Strilets said this encouraged Putin ahead of this year’s invasion.

“These calls made in peacetime actually encouraged him to start the war,” he said.

Strilets refused to call any criminals by name.

But policymakers said UN officials themselves could be difficult.

“We spend a lot of time convincing the UN secretariat to abide by UN resolutions,” said Riabchyn, former deputy energy minister.

“They asked us to be constructive and compromise on climate issues, and they said there are many controversial political issues around the world,” he said. “We managed to persuade them somehow.”

Strilets said he hoped that after this year’s invasion, Ukraine’s objections to Russian figures would be less contested.

“Now that everyone sees the real threat to human life and the threat to the security of all of Europe, I think the authors of such statements that urge us not to focus on politics will think twice before making them,” Strilets said. aforementioned.

UN officials said they are trying to facilitate a reconciliation between the two sides, and that how to comply with the climate agreements is ultimately the responsibility of the countries that have signed them.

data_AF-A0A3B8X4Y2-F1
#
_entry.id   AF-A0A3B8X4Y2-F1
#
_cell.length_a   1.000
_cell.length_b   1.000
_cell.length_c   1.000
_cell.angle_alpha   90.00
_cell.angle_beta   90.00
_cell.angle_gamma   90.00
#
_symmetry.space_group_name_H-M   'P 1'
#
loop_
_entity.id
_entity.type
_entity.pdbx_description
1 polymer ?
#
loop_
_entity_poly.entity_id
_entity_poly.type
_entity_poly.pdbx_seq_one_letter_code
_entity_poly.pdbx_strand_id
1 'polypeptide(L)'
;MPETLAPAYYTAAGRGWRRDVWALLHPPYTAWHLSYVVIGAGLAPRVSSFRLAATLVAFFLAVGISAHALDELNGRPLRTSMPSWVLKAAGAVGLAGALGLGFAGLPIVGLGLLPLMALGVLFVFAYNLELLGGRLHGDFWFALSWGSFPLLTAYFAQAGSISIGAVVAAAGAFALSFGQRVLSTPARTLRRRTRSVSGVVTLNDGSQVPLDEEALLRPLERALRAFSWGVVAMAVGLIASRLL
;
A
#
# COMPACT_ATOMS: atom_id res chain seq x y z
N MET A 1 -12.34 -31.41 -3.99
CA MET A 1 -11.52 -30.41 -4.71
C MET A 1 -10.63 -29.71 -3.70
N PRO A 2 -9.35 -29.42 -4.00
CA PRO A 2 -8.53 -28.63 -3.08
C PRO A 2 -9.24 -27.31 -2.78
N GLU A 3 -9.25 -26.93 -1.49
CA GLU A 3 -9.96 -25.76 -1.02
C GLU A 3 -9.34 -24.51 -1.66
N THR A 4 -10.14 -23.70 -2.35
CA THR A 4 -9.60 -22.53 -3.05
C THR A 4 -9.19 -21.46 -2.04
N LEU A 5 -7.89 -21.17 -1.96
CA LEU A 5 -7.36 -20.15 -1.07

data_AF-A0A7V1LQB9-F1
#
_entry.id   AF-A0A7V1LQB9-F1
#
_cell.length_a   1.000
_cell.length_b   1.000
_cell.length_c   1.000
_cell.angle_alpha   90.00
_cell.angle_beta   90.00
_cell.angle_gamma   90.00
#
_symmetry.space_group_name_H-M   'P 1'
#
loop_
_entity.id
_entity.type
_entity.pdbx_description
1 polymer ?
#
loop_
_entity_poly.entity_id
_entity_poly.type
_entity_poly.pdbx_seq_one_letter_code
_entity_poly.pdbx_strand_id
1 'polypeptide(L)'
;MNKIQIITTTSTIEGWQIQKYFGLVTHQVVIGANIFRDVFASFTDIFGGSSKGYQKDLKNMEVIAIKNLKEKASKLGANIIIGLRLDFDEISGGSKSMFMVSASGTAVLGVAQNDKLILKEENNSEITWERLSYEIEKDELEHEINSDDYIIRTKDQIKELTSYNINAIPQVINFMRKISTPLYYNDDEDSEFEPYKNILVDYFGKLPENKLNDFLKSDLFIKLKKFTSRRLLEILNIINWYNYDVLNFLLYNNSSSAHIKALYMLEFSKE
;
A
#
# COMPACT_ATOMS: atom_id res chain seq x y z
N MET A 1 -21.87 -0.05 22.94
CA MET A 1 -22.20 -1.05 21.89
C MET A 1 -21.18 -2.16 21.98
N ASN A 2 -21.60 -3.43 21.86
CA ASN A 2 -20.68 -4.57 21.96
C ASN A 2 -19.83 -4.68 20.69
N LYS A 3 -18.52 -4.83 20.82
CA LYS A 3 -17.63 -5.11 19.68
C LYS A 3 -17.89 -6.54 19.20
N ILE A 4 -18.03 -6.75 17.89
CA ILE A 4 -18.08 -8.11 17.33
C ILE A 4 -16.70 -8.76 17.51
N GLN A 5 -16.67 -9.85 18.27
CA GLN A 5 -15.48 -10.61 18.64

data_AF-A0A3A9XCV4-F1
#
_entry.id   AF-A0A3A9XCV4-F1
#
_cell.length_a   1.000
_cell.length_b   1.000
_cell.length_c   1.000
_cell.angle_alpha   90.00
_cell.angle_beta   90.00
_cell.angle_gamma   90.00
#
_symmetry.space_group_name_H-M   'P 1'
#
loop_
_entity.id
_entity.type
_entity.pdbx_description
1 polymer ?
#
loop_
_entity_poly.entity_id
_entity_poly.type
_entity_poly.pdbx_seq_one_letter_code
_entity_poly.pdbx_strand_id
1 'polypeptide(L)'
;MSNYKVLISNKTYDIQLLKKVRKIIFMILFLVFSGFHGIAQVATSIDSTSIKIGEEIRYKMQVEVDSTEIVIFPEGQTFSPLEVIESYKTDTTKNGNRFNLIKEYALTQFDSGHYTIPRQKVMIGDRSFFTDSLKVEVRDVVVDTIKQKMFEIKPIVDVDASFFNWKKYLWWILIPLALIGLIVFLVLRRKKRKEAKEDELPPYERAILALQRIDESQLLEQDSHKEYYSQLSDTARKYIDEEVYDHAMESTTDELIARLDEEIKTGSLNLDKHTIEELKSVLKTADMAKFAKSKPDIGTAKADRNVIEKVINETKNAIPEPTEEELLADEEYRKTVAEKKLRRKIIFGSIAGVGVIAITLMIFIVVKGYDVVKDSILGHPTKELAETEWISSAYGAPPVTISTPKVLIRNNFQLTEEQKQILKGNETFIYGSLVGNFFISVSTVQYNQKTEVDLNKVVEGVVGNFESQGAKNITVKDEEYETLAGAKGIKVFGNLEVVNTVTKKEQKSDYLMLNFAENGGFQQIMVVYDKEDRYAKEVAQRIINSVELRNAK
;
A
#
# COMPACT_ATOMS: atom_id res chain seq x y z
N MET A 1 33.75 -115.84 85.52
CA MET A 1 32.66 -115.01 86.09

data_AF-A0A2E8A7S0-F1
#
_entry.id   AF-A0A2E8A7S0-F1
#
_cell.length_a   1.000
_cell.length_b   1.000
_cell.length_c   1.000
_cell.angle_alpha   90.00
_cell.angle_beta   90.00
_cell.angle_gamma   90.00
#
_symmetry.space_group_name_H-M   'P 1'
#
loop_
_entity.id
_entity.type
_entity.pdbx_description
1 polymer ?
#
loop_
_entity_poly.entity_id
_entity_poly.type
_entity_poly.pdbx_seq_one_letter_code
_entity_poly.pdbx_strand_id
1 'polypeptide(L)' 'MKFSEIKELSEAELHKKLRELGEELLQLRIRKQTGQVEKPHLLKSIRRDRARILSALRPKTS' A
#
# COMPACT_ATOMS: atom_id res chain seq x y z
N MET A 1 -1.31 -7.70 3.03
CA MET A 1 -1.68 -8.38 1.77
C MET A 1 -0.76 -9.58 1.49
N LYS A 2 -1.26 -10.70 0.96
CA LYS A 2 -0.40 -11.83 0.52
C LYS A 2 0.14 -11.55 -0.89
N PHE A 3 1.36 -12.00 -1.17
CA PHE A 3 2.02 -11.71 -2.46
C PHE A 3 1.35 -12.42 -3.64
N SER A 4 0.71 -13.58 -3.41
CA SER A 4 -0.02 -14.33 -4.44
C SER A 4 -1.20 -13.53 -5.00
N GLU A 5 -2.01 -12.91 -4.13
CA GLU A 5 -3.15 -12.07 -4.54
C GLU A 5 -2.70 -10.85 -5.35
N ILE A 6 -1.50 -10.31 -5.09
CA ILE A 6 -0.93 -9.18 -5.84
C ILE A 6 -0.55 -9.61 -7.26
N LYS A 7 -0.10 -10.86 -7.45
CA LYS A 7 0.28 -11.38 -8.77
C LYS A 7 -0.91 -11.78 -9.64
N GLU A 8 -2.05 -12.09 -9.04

“It’s common for attempts to come to a compromise for any disagreements and disagreements in our process,” said Marianne Karlsen, the Norwegian climate official who has been head of the UN body tasked with collecting and calculating emissions since 2019. numbers.

“With the covid situation in 2020-21 and the escalation of the conflict in 2021, my approach has been to suggest postponing the issues, given the unrealistic outlook for a solution given the current circumstances. The parties have agreed on this approach.”

He said he expects the same thing to happen in Egypt next month.

“Delaying advances for consideration is never a positive thing in the UNFCCC process,” he said, referring to the UN Framework Convention on Climate Change. “For the reporting, let me reiterate once again that the situation is of course unfortunate and I hope a solution will be found.”